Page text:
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The Word on the Week

Bookmaker goes Bust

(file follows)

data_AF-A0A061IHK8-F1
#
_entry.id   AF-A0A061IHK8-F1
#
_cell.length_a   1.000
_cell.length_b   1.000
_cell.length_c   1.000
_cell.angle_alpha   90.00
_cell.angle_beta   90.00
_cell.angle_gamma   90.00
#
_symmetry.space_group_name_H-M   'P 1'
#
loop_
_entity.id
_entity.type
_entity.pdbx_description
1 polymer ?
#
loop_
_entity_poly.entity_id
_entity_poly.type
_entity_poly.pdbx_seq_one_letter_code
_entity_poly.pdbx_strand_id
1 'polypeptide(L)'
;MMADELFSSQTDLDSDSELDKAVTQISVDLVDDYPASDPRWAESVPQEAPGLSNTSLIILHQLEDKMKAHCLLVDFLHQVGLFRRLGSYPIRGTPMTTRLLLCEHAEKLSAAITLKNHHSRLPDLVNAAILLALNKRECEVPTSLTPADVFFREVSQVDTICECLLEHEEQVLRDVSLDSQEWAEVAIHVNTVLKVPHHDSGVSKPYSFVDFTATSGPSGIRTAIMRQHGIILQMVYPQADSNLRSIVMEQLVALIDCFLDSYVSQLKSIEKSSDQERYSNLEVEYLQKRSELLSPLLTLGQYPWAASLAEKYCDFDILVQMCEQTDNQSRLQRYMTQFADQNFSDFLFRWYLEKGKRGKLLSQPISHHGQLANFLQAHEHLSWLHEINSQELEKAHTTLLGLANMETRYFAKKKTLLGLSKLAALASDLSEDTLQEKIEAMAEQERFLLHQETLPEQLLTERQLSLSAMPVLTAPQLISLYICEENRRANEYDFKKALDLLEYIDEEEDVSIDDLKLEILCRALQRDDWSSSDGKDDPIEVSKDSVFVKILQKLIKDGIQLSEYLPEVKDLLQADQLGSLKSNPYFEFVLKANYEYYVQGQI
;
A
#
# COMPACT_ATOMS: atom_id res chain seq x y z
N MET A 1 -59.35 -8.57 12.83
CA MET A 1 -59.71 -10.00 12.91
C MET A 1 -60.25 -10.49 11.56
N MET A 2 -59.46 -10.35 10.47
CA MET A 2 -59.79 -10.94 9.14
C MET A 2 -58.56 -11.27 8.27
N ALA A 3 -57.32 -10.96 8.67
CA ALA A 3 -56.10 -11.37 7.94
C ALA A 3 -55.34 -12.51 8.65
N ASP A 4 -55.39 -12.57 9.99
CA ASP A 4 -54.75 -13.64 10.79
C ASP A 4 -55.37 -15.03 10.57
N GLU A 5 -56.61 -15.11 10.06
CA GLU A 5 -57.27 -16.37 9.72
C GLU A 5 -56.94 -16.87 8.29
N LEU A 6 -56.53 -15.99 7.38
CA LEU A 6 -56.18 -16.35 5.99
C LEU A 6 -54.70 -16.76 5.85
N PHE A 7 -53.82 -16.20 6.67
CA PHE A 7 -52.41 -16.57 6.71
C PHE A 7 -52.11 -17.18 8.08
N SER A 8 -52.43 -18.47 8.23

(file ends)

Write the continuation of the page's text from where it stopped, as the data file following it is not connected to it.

Now there is a rare piece of news! More normal would be “profits up €x million” but these are not normal times. “They’re off” and so is the “Bookie!” may apply to the “on course” Bookmaker who wants to maximise his gains but not to this gambler who had 64 betting shops across Ireland. The old adage that the good guy comes second may fit Celtic Bookmakers owner, Ivan Yates. So how did it come to this? Ivan had an impeccable farming background. He had a good schooling and election to Government at age 21 gave him a flying start. (It was said of his preparation for politics that he was going to funerals when other lads were going to discos!) What lured Ivan into the betting game? Was it the fallacy that gambling is a good bet? Did he fail to move into the more high tech betting methods relying on the traditional scene which had every town in the country served by the betting shop? Whatever it was the bank now effectively owns the chain of shops on the foot of a €6 million debt, the funding of which is likely to leave Ivan penniless. At age 50 he is a comparatively young man with plenty of talents and, to use his favourite expression will “just have to get on with it”. What comment does the Bible have to make on all this? Gambling is covetousness. It is prohibited by the 10th commandment. It differs from other types of investment where people lend money so that they may mutually benefit. In gambling I want to take your money and you want to take mine. It has been described as stealing by mutual consent! Gambling fosters greed and greed grows. It may start off small, “I bought the raffle ticket because it was for a good cause”. But people do not buy raffle tickets to support good causes. If they did the same amount of money could be raised by asking for donations. They want to win the prize. The good cause sanitizes the greed of wanting to win a prise or money. Greed grows from one betting shop to 64 betting shops! Any church which adopts gambling soon turns a house of prayer into a house of cards. Sadly it legitimises the gambler and loses its voice. It has nothing to say to a needy culture. When it tries to speak it lacks creditability. Soon people stop listening. When St Paul listed the things which the new Christians at Colossae had put behind them following their conversion he said, “For you have died, and your life is hidden with Christ in God. When Christ who is your life appears, then you also will appear with him in glory. Put to death therefore what is earthly in you: sexual immorality, impurity, passion, evil desire, and covetousness, which is idolatry. (Chapter 3 v 3/5) And that advice holds good for anyone who wants to follow Christ today.